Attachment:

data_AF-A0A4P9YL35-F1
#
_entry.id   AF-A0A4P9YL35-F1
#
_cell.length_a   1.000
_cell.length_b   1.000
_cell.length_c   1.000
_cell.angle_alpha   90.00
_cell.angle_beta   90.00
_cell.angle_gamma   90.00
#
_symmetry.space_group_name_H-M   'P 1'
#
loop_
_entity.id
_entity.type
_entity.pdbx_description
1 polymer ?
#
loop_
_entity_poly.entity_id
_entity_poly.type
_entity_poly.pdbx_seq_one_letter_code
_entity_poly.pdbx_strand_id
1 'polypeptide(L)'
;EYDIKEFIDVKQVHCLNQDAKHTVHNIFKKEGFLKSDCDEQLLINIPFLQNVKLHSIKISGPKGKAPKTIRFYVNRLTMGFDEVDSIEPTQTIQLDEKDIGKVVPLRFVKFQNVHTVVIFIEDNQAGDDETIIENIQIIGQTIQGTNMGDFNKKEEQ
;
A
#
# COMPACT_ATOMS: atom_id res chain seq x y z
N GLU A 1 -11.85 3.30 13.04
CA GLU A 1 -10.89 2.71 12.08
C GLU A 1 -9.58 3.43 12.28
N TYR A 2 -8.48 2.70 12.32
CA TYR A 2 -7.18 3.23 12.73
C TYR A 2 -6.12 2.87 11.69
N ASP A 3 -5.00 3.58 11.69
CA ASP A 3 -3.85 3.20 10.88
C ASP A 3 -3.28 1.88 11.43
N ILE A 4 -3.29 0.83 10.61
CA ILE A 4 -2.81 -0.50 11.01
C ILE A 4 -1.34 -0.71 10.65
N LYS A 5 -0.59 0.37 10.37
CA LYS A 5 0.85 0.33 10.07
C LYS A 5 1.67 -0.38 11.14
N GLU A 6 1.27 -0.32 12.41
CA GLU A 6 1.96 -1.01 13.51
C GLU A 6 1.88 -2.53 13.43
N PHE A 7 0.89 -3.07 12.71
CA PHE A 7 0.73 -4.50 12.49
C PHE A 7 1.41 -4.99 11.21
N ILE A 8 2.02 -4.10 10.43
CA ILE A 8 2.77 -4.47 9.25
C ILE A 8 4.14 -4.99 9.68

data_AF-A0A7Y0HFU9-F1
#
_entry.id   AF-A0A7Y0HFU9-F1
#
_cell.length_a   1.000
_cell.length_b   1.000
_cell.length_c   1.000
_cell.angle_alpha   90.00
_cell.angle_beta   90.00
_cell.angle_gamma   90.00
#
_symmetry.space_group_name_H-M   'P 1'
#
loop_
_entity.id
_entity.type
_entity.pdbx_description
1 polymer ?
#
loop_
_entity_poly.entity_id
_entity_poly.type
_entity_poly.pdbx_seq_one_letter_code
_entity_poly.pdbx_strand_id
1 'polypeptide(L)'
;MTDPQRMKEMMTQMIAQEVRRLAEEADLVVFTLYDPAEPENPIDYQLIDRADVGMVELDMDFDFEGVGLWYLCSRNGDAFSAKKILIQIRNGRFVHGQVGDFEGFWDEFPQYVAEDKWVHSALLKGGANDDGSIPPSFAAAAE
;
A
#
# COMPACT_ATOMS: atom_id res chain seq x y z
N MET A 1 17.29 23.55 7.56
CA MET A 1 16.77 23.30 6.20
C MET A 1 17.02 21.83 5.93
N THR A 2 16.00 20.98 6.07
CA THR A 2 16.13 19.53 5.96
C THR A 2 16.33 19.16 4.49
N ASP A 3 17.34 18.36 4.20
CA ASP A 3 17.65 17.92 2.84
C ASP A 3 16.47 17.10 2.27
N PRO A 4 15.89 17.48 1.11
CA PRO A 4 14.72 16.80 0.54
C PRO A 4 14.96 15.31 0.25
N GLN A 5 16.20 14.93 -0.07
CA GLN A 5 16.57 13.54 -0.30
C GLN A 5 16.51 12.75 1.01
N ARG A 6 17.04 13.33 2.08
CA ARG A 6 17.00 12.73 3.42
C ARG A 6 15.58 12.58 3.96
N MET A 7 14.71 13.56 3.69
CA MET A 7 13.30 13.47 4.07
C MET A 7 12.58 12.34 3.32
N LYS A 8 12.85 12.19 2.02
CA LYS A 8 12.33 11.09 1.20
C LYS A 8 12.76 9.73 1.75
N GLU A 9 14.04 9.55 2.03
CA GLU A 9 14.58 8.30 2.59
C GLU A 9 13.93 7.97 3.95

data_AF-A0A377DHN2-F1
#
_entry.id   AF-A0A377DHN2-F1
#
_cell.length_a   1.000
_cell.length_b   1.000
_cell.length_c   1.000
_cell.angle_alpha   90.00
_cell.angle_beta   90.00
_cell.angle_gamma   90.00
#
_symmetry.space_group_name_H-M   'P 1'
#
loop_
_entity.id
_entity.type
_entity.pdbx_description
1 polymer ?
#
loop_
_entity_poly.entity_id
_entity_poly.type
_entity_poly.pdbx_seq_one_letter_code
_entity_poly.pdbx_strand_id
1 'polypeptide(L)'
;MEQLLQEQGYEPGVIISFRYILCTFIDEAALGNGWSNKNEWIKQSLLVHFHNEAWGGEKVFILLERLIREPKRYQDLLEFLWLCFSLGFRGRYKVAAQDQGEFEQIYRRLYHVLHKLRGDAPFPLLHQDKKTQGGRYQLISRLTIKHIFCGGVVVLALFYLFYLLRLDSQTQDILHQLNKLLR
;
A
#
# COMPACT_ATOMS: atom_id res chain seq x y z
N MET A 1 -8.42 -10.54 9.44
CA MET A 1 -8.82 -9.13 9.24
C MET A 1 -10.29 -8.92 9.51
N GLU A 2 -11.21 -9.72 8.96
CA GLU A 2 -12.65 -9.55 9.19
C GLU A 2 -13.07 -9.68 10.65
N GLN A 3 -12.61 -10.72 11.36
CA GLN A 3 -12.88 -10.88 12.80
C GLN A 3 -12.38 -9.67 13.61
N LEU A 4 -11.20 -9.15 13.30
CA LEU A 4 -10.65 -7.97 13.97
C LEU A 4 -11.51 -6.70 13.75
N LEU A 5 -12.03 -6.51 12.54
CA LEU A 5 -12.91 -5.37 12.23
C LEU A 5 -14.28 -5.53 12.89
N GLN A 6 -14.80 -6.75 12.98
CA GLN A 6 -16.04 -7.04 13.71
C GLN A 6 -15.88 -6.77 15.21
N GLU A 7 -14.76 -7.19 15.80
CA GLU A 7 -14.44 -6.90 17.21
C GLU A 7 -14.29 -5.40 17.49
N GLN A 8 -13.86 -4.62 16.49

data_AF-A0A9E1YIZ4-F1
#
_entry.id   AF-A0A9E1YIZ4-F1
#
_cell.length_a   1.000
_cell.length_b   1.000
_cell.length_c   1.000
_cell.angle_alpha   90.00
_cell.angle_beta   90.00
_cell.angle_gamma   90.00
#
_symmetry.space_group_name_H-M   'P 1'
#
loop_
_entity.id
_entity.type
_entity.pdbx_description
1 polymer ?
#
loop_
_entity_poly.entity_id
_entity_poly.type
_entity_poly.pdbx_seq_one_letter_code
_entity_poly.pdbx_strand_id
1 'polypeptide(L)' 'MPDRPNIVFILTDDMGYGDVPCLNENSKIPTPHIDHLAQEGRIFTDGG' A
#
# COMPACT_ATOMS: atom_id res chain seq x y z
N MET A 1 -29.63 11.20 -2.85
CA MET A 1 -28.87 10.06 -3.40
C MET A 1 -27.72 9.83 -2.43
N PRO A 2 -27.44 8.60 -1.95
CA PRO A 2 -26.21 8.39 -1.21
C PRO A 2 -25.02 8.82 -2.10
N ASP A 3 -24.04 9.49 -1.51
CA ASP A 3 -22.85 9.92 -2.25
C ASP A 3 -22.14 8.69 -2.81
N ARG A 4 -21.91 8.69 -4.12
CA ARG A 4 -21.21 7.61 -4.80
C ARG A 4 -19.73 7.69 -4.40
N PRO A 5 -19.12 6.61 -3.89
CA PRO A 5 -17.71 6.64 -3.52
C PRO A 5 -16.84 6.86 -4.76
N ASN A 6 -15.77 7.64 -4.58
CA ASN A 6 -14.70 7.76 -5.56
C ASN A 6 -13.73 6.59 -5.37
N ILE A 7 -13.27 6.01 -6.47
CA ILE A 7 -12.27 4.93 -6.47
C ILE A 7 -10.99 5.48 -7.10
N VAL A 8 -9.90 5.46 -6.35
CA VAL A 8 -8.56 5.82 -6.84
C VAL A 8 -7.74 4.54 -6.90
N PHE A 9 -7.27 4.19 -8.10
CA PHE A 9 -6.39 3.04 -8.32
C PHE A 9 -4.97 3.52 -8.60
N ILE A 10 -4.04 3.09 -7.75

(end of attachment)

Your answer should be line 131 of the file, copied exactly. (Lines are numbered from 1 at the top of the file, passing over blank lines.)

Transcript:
loop_